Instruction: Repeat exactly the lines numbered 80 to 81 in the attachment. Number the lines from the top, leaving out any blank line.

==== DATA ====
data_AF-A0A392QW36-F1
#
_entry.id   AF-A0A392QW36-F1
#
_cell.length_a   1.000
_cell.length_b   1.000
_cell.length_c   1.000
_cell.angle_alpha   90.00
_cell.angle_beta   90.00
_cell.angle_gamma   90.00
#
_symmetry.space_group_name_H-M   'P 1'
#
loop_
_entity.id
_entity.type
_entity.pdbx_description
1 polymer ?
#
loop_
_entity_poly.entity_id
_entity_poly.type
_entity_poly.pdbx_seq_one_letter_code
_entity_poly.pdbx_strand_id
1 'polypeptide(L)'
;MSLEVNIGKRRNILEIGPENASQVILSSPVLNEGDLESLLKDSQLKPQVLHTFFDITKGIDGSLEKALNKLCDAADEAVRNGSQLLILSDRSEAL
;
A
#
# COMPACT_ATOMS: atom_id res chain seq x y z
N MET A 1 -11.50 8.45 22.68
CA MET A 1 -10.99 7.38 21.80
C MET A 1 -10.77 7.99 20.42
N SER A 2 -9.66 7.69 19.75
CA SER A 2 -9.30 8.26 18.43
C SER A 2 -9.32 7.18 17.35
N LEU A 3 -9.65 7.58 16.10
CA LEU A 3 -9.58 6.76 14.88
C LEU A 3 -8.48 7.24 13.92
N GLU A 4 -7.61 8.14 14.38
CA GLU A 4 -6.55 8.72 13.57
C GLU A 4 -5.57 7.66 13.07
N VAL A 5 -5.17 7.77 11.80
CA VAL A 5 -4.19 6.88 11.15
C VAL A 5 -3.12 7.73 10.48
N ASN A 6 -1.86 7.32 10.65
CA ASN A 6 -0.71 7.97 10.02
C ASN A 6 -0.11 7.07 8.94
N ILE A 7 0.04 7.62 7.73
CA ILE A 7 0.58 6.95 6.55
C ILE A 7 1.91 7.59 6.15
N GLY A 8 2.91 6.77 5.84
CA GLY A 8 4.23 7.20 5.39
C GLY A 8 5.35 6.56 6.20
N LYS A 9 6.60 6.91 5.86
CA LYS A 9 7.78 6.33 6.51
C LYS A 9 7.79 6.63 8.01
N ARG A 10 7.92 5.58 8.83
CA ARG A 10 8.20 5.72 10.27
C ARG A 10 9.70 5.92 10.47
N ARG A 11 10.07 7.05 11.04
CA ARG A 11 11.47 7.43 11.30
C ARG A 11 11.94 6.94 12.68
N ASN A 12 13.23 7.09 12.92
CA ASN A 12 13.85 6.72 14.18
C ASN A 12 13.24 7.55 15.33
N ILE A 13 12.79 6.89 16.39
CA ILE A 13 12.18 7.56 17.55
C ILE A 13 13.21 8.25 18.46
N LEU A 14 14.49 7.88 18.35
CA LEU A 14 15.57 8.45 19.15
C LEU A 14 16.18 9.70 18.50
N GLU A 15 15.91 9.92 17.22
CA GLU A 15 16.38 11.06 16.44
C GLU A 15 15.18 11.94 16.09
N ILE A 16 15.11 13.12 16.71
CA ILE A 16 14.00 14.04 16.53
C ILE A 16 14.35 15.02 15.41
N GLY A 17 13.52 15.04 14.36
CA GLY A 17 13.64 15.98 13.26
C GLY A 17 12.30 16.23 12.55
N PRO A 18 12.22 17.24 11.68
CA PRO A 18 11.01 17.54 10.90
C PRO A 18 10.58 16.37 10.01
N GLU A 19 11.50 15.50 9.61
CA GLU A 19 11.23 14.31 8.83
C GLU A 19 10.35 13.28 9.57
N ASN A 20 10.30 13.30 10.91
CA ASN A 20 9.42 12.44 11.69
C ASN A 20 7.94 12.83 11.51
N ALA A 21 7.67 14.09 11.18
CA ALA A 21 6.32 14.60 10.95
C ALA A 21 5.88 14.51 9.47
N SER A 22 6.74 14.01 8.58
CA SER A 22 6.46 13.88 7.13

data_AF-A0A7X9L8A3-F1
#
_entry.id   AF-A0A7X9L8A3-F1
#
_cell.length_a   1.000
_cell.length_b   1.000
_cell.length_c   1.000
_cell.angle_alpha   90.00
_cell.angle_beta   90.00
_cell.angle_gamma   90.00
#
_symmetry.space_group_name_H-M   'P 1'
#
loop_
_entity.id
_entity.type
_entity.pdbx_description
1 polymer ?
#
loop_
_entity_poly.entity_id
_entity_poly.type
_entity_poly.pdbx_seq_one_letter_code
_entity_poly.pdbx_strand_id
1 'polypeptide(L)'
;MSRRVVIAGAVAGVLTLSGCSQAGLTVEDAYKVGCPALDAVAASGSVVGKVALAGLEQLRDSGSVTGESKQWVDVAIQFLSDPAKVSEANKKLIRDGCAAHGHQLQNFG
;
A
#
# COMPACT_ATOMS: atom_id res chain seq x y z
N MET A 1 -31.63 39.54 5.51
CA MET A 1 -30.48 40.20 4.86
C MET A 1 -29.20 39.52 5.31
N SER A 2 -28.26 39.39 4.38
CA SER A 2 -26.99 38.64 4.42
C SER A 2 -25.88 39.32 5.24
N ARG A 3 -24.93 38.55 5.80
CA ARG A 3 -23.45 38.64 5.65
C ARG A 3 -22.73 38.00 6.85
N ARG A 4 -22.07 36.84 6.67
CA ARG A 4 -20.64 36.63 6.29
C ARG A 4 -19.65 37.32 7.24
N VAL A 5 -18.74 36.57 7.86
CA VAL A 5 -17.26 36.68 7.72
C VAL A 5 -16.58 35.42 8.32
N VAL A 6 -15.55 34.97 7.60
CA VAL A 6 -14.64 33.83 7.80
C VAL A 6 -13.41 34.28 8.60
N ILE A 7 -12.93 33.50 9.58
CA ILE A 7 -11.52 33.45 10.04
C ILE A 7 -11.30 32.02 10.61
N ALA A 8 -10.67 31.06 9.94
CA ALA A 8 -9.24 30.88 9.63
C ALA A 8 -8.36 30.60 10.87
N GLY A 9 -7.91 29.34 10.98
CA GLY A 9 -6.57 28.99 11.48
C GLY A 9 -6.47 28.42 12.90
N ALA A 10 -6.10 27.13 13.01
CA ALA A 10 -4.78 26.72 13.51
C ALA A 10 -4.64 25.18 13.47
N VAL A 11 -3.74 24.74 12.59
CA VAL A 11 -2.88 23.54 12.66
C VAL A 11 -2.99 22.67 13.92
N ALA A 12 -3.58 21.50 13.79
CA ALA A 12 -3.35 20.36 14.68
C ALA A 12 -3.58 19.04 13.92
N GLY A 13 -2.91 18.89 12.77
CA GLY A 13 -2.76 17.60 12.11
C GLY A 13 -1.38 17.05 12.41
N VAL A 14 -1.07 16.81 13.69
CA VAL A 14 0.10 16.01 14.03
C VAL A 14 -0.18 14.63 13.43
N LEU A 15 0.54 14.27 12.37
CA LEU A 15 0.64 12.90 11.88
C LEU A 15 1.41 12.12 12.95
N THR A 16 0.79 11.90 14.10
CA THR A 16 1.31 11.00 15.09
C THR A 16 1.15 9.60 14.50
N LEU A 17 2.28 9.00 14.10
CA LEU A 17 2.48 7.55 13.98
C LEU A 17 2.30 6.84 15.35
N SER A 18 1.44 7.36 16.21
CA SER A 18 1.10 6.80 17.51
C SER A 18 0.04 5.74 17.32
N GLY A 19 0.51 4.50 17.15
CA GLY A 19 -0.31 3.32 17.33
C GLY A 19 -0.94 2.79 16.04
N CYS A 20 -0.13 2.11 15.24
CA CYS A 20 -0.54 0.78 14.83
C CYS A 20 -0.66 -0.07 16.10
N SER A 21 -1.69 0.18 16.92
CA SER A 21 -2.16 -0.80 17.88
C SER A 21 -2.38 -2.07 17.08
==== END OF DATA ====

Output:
CA GLY A 17 13.64 15.98 13.26
C GLY A 17 12.30 16.23 12.55